Aug 2013: Case of type 2 diabetes reversed in 11 days through Newcastle Diet
Jun 2011: Type 2 diabetes can be reversed by eating 600 calories a day

Low-calorie success stories from the forum:


There are many success stories in the forum:

Reversed T2 in 3 months diet only!


"Complete diabetic remission!"
My hba1c today

Low-carbohydrate diets
Low-carbohydrate diets are known for lowering the amount of insulin the body needs to produce,
resulting in less insulin resistance. [175]
A study published in 2014 by the Second University of Naples showed that a low-carbohydrate
Mediterranean diet was able to achieve significant rates of remission in people with type 2 diabetes.
After one year of following the diet, 15% of participants achieved remission and, after six years, 5%
had achieved remission.
The study showed that after 1 year of following the diet, 15% of participants achieved remission and
after 6 years, 5% had achieved remission.
In this study, the effects of a low-fat diet were also recorded. After one year, 4% of participants on a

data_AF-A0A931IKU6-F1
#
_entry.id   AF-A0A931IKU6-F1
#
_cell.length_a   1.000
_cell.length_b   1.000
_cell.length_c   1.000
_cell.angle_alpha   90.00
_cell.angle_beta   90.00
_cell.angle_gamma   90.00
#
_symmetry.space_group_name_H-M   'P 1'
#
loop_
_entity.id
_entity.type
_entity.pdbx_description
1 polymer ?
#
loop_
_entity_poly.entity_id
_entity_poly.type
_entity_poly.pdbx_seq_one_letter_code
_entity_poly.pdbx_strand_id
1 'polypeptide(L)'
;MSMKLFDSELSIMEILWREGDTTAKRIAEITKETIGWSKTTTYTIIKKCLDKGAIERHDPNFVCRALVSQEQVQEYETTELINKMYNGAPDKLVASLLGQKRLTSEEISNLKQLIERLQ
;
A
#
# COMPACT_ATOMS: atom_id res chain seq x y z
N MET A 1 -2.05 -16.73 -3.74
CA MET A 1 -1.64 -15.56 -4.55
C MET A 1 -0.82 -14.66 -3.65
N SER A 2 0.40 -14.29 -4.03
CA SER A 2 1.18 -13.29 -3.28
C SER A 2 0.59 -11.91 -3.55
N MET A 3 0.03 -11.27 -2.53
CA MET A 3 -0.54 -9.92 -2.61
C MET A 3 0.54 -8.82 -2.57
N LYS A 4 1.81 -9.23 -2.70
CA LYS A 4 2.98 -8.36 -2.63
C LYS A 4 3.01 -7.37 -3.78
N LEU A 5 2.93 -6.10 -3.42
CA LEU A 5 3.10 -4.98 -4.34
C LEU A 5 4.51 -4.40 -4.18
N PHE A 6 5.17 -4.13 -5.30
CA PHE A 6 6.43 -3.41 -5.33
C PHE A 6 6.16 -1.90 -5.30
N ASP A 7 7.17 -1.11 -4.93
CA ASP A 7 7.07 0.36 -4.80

low-fat diet had achieved remission and, after six years, 0% of participants had achieved remission.
Dr David Unwin, a UK GP, has run studies that have demonstrated reversal of diabetes in a number
of his patients after following a reduced-carbohydrate diet.

Making Diabetes Less Painful

Insulin pills could substitute syringes one day

Treating and managing diabetes is difficult enough without the added pain of pinprick blood
monitoring and painful insulin injections.
The number of times a diabetic has to test blood sugar levels and administer insulin depends on
their individual diabetic situation.
Although diabetes cures and permanent treatments are on the horizon, for the moment accurate and
diligent prevention strategies are the key to managing diabetes successfully.
Two areas in particular cause diabetics pain administering insulin and monitoring the blood.

Insulin injections
Many diabetics dislike injecting insulin, and choose any route possible to avoid insulin injections.
Insulin pumps offer one alternative to daily injections for type 1 diabetics and those type 2
diabetics that require insulin.
Automatic insulin pumps mean fewer injections, and because the needle is sited under the skin this
type of medication is less painful.
Inhaled insulin is another alternative for diabetics who hate insulin injections, or are allergic to them.